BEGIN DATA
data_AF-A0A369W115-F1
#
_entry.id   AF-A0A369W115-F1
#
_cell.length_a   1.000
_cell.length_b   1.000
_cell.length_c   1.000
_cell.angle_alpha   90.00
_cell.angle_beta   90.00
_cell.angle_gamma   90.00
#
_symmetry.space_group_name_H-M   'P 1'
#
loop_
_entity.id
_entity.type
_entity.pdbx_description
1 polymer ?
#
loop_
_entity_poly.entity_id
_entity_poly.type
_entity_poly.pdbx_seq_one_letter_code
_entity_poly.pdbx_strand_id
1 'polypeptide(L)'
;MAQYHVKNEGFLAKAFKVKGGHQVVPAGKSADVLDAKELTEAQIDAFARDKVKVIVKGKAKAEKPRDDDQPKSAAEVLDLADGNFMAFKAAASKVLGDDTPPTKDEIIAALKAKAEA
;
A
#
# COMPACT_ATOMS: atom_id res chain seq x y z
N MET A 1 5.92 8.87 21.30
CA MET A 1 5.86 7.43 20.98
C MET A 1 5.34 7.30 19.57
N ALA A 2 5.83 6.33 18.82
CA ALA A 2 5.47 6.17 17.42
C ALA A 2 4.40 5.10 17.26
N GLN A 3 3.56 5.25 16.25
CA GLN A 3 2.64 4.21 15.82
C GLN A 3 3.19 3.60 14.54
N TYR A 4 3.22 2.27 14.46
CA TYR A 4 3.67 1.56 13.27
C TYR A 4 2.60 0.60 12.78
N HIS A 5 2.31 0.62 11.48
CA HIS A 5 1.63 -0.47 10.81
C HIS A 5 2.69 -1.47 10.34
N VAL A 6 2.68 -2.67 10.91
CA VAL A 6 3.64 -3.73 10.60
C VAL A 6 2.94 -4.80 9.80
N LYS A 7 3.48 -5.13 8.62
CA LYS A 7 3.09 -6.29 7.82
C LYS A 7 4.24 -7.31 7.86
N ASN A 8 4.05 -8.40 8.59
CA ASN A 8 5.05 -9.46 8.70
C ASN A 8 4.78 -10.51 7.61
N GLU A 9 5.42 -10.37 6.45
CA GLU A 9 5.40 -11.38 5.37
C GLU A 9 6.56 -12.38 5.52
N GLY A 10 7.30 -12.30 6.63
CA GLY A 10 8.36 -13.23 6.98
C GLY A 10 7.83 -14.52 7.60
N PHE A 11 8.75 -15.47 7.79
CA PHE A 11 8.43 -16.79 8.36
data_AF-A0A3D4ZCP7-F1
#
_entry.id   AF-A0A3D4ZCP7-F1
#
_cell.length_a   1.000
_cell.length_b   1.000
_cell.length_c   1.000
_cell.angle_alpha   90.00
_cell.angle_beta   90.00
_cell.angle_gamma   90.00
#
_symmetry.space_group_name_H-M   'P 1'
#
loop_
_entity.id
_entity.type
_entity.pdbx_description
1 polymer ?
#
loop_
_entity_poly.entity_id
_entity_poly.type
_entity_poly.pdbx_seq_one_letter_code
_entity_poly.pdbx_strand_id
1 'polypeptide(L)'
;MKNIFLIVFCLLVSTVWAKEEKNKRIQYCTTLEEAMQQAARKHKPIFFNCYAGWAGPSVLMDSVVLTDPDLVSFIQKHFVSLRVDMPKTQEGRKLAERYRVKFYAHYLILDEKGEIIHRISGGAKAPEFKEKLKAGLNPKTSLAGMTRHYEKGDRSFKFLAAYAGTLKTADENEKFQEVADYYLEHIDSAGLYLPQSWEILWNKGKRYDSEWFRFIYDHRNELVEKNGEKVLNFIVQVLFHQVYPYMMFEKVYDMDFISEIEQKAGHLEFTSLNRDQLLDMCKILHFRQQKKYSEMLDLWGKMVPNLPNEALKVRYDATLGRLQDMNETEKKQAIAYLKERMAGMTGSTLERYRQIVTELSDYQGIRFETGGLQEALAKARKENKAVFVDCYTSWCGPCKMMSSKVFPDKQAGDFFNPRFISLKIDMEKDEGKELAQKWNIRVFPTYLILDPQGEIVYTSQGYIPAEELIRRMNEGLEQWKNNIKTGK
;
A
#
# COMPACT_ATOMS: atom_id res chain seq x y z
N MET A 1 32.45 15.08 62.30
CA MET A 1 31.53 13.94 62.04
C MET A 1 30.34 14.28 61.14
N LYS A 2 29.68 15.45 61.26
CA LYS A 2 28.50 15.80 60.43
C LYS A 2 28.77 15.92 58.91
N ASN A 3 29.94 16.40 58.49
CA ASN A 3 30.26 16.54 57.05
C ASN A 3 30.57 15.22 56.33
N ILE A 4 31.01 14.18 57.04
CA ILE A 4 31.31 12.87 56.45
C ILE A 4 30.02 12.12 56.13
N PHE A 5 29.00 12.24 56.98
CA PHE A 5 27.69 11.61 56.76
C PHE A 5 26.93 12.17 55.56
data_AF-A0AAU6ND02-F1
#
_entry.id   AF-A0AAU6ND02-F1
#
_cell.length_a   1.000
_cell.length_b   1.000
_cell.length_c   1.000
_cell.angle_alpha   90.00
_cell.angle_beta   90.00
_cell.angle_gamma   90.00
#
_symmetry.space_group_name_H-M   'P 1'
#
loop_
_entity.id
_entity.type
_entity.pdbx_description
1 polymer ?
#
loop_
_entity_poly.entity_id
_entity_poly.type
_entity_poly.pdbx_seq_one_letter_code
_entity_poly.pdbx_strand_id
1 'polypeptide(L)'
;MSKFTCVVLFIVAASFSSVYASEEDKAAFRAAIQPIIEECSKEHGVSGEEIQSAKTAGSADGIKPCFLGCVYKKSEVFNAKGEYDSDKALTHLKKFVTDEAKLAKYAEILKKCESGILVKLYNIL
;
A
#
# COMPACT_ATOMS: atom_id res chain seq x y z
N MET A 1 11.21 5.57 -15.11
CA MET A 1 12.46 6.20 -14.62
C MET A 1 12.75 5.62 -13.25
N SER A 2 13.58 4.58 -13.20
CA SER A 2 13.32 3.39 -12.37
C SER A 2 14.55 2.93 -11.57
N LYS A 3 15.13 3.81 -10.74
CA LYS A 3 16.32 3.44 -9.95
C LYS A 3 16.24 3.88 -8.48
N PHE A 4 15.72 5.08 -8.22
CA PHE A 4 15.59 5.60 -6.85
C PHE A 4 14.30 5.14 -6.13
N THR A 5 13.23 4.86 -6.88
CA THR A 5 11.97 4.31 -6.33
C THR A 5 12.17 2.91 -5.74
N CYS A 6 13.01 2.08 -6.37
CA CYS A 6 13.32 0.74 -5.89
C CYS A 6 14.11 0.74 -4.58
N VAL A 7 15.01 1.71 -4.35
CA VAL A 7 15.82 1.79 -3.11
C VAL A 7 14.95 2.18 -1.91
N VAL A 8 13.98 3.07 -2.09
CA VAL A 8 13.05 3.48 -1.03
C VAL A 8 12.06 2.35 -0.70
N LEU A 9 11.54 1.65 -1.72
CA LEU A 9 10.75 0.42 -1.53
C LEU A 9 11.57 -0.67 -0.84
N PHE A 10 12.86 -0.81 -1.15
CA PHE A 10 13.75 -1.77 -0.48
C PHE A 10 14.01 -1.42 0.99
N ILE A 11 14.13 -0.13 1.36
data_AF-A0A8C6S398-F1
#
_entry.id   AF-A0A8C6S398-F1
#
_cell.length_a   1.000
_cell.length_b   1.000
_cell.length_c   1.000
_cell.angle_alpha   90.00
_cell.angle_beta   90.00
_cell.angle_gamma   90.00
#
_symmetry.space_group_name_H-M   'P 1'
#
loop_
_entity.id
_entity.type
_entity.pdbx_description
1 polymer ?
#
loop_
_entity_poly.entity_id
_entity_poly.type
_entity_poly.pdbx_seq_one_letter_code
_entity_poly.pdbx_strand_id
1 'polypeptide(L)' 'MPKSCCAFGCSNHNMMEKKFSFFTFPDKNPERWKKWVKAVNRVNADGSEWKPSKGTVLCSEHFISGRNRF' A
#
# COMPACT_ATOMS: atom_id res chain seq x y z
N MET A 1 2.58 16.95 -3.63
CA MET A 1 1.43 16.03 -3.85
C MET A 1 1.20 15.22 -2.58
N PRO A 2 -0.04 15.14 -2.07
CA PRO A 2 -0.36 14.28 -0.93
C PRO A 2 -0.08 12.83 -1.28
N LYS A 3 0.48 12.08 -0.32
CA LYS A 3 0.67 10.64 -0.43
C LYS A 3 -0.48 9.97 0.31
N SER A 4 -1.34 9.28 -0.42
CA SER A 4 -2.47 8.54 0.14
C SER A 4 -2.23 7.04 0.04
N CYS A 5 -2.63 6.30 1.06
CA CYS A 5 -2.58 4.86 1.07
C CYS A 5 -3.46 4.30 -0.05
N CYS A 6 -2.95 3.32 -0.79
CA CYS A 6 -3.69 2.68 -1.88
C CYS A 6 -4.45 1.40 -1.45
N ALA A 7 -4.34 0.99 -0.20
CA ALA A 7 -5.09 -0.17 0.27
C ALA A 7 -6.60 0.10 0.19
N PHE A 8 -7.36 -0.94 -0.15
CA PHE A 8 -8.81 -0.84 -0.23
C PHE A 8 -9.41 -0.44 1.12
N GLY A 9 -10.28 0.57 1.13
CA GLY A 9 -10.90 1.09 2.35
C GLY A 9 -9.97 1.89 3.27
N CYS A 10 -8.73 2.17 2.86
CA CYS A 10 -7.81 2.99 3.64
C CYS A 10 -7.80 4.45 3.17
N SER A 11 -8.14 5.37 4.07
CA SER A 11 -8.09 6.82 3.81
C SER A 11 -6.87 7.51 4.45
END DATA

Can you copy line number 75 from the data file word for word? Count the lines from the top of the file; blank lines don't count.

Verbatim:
#